Seven Alaska legislators asked Gov. Sean Parnell to seek explicit guarantees in a renewal of a federal license for liquefied natural gas exports from Alaska that local natural gas needs will be met by producers before gas is exported. The request was made in a letter sent to Parnell on Aug. 24. An LNG export license issued by the U.S. Department of Energy that is currently held by ConocoPhillips for its Kenai LNG plant will expire in March 2013. “We anticipate the governor will soon receive requests to offer state support for applications to renew the export license,” said state Rep. Les Gara, a Democrat from Anchorage, in an interview Aug. 24. What prompted the request was a contract dispute over commitments made by Marathon Oil to supply gas to a new gas storage facility being developed to meet local utilities’ winter peaking needs. Cook Inlet Natural Gas Storage Alaska, or CINGSA, the company developing the facility, said it was not receiving gas pledged by Marathon in a contract agreed on in 2011, and told the Regulatory Commission of Alaska in an Aug. 13 letter that it believed Marathon sold the gas to be exported as LNG to command higher prices. Late in the day on Aug. 24, CINGSA and Marathon announced they had resolved the dispute and enough gas would be supplied to pressurize the storage facility to allow withdrawals by utility companies at the previously agreed upon rates. The seven lawmakers, which include three state senators and four members of the state House, asked Parnell in the letter to include language on local needs that was included in a two-year extension of the export license granted in 2008 but not included when the license was given another extension in 2010, Gara said. “The 2008 commitment conditioned state consent (for the export license) on a binding commitment by ConocoPhillips and Marathon to meet local supply needs during the period of the export license,” Gara said. Marathon has since sold its interest in the LNG plant to ConocoPhillips. In 2010, Gara and other legislators asked Parnell to again condition the state’s consent on the license extension on having the local-needs language included in the license, but Parnell did not do that. Gara said that had the language been included the potential disruption of gas supply to the storage facility would not have happened. CINGSA spokesman John Sims said the storage facility needs 7 billion cubic feet of “pad gas” to pressurize the reservoir so that utility customers storing gas will be able to withdraw gas in winter at the rates they need. Besides Gara, the letter to Parnell was signed by state representatives Pete Peterson, Berta Gardner, and Chris Tuck, and state senators Hollis French, Bill Wielechowski and Bettye Davis. All seven lawmakers are from Anchorage, and all are Democrats.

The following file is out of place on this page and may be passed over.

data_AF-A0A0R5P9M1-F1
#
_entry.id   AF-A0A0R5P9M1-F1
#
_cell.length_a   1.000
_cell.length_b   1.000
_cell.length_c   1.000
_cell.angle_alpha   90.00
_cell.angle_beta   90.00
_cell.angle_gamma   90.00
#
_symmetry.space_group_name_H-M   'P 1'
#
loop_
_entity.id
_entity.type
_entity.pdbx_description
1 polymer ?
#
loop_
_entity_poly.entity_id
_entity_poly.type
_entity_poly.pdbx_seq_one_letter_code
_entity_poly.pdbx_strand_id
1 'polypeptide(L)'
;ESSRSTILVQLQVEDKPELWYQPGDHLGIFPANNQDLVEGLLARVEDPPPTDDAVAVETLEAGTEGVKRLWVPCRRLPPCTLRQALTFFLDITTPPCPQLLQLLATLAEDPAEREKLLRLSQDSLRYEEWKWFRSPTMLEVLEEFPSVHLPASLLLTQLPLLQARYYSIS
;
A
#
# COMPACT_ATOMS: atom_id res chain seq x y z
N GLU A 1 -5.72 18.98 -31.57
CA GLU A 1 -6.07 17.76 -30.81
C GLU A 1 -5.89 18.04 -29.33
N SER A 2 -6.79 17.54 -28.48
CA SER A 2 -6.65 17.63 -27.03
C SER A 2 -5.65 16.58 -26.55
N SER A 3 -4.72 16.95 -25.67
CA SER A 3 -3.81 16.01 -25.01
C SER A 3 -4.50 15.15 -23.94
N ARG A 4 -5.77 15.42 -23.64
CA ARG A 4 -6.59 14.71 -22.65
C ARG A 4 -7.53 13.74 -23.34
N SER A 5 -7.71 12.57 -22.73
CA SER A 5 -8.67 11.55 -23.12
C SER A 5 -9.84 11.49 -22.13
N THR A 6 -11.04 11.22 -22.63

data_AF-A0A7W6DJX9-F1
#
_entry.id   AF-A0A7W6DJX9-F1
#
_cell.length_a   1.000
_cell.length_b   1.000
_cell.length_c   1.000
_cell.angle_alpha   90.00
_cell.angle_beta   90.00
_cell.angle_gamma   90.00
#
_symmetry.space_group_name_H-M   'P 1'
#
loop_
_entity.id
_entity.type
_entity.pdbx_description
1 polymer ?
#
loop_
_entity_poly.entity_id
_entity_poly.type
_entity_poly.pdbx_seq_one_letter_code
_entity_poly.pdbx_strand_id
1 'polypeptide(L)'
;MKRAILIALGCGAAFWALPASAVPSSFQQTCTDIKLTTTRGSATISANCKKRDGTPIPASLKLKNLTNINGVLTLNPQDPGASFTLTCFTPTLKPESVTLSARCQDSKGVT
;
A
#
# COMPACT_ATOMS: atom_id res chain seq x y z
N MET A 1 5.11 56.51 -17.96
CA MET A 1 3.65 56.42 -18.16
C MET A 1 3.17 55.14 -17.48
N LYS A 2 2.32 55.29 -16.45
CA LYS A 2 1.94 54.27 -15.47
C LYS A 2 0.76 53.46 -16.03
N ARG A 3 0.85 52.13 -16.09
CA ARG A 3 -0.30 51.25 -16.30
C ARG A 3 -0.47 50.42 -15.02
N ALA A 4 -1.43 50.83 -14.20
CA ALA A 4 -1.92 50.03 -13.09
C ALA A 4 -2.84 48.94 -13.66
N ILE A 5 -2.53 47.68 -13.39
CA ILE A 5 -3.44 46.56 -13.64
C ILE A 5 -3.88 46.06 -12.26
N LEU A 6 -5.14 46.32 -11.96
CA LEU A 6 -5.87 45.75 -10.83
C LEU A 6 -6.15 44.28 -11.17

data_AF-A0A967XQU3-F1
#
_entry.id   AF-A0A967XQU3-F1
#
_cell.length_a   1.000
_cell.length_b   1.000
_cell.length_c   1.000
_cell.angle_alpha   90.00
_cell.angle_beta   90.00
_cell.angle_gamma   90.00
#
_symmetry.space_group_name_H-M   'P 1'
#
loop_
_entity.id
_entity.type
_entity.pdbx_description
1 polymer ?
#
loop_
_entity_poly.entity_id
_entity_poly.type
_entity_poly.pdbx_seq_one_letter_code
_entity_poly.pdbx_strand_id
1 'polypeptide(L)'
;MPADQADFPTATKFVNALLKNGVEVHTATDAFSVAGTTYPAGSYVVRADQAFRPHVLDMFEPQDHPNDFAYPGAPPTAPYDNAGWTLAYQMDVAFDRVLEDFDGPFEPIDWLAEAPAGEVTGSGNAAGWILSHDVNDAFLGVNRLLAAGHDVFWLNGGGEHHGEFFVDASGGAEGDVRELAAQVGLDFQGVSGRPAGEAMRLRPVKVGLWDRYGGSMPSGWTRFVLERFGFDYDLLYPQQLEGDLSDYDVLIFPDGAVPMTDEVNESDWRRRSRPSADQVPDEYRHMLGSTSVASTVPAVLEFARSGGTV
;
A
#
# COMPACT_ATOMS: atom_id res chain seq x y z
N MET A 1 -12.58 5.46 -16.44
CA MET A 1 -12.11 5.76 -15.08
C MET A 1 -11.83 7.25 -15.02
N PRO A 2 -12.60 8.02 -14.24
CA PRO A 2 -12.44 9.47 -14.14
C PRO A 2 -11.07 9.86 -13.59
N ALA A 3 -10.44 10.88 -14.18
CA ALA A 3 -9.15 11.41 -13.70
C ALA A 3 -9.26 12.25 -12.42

Dispute resolved over gas for Southcentral winter storage

Marathon Oil and Cook Inlet Natural Gas Storage Alaska resolved a contract dispute that had threatened gas supplies for a new gas storage facility in Alaska, the companies announced late Friday. CINGSA, which operates the facility behalf of utility customers, said the dispute over a 2011 contract with Marathon had left it short of “pad” gas needed to pressurize the reservoir so that gas can be withdrawn this winter at rates customers need. In an Aug. 13 letter to the Regulatory Commission of Alaska, CINGSA said it believed the gas had been sold to export markets for higher prices. Marathon said there was no breach of the gas sales agreement, but that the company would make additional gas available to CINGSA. “I’m pleased that Marathon is able to make available additional supply from our storage,” from a Marathon-owned storage facility in the Kenai gas field that is nearby, said Wade Hutchings, Marathon’s Alaska asset manager. Marathon has already begun transferring gas to CINGSA, Hutchings said in the statement. CINGSA has a capacity to store 11 billion cubic feet of gas and is owned by Semco Energy and MidAmerican Energy Holdings. Semco subsidiary Enstar Natural Gas, the gas utility serving Southcentral Alaska, is one of three utility customers that will store gas in the new facility. Other customers are Chugach Electric Association, the state’s largest electric utility, and Municipal Light & Power, Anchorage’s city-owned utility. Gas producing fields in Southcentral Alaska are declining and can no longer supply enough gas on a daily basis at peak demand during cold weather. CINGSA built the storage facility to allow utilities to store gas for withdrawal in winter. CINGSA was 2 billion cubic feet of gas short of 7 billion cubic feet needed for pad gas by the winter, but the resolution of the dispute with Marathon will now assure that supply. “We appreciate Marathon’s offer to sell additional gas volumes that help CINGSA meet our ‘base gas’ requirements, said Colleen Starring, vice president of CINGSA. “Given the nature of the two companies’ storage facilities, these gas transfers will result in a net increase in gas deliverability for the winter peak demand period thus increasing confidence in meeting winter peak energy needs this year,” Starring said. She is also president of Enstar Natural Gas.